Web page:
I would also like to emphasize Lawson’s much needed criticism of the IPCC (Intergovernmental Panel on Climate Change) for its claim that the solution for China and India would be “investment in attractive public transport facilities and non-motorized forms of transport” (p. 68). For me, non-motorized forms of transport would be a bicycle, a rickshaw, a donkey, or an elephant. Or perhaps a hang glider. That’s blatant communism and, on top of that, incredible arrogance. I remember very well from my youth the official propaganda saying that private cars didn’t belong to a communist society.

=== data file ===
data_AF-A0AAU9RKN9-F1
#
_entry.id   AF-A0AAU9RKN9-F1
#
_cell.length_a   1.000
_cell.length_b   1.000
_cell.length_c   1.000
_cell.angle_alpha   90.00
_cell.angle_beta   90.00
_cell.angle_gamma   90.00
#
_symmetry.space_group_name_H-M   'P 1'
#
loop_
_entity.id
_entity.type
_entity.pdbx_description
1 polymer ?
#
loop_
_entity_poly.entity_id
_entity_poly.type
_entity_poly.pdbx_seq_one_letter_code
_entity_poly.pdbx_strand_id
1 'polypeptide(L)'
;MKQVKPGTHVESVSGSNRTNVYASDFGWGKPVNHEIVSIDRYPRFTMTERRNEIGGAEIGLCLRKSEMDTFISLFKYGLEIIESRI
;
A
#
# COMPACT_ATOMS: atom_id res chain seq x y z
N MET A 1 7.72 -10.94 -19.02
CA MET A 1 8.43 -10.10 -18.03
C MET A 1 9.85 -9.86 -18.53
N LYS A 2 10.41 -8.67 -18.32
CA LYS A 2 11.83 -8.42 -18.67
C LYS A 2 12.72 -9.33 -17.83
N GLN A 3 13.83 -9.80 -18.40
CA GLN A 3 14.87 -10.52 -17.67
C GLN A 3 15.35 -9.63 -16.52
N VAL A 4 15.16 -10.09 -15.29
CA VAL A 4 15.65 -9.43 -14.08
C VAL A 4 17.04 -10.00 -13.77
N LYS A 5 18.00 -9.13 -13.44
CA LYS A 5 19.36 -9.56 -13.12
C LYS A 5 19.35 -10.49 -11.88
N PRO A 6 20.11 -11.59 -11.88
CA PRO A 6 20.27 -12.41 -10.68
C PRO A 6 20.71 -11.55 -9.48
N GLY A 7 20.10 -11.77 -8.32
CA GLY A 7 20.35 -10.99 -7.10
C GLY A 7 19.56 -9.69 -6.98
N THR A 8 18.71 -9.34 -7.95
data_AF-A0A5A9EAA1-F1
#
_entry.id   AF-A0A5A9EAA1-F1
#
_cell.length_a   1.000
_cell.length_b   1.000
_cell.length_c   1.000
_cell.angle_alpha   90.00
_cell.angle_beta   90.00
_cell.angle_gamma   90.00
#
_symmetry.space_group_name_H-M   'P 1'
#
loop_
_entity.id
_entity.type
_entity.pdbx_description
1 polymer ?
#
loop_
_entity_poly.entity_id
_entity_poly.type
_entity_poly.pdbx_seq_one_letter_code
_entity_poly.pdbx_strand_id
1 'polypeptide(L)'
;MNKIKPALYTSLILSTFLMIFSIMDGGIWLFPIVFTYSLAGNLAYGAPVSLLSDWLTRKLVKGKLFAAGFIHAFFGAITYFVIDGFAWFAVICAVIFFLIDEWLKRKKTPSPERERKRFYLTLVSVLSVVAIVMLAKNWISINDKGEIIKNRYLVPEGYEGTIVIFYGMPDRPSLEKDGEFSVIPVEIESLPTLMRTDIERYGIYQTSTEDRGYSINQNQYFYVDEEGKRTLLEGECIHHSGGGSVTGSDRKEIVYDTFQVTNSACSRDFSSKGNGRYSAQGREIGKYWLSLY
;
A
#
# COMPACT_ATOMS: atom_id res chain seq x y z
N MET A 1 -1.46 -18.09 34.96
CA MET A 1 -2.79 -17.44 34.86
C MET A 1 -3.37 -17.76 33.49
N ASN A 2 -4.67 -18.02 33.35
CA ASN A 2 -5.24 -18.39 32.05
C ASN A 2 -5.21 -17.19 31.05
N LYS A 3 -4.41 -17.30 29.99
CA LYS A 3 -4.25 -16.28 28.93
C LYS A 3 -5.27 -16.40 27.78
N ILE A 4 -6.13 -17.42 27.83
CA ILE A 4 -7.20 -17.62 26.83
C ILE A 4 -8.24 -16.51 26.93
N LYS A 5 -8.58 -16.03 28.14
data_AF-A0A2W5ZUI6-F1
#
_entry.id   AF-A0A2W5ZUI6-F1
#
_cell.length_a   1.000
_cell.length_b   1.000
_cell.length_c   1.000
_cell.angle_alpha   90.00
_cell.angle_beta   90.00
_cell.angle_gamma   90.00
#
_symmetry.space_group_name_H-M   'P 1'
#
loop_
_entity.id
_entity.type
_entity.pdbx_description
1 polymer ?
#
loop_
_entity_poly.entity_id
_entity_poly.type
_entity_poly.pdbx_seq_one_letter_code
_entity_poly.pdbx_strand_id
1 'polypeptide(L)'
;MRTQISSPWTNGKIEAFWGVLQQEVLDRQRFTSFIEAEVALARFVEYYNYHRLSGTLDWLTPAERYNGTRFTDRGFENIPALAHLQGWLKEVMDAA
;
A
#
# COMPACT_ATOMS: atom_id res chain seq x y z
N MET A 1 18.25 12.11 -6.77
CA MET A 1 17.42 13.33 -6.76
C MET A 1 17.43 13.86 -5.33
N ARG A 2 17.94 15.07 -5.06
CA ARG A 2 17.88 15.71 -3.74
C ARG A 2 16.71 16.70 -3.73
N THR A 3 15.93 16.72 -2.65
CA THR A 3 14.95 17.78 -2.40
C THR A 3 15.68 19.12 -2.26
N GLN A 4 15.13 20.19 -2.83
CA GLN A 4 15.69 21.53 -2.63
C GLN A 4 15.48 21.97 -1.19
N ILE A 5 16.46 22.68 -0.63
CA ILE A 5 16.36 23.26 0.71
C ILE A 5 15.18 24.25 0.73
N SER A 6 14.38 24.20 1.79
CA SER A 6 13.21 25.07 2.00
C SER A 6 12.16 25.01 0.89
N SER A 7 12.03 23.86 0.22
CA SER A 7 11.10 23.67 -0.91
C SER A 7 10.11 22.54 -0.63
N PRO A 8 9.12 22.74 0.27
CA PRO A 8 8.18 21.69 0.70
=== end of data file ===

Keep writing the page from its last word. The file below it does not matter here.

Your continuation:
I’m also very happy that Nigel Lawson – as one of the very few – criticizes the new indulgences, otherwise known as emissions permits. Most people like the fact that trading emissions permits sounds market-friendly and that it’s not just an administrative restriction or command, but they’re mistaken. Nigel Lawson correctly says this “trading” has nothing to do with the market. “It is essentially a government-controlled administrative rationing system, in which the rations can subsequently be traded” (p. 74). Communism again. Indeed it is a market for the owners of rations and for the various middlemen; for them it presents “a lucrative and – hopefully – growing business opportunity.” It’s, of course, a certain form of taxation, but because governments don’t like to raise taxes, they disguise the introduction of these new taxes by replacing them with this, seemingly market-like, method.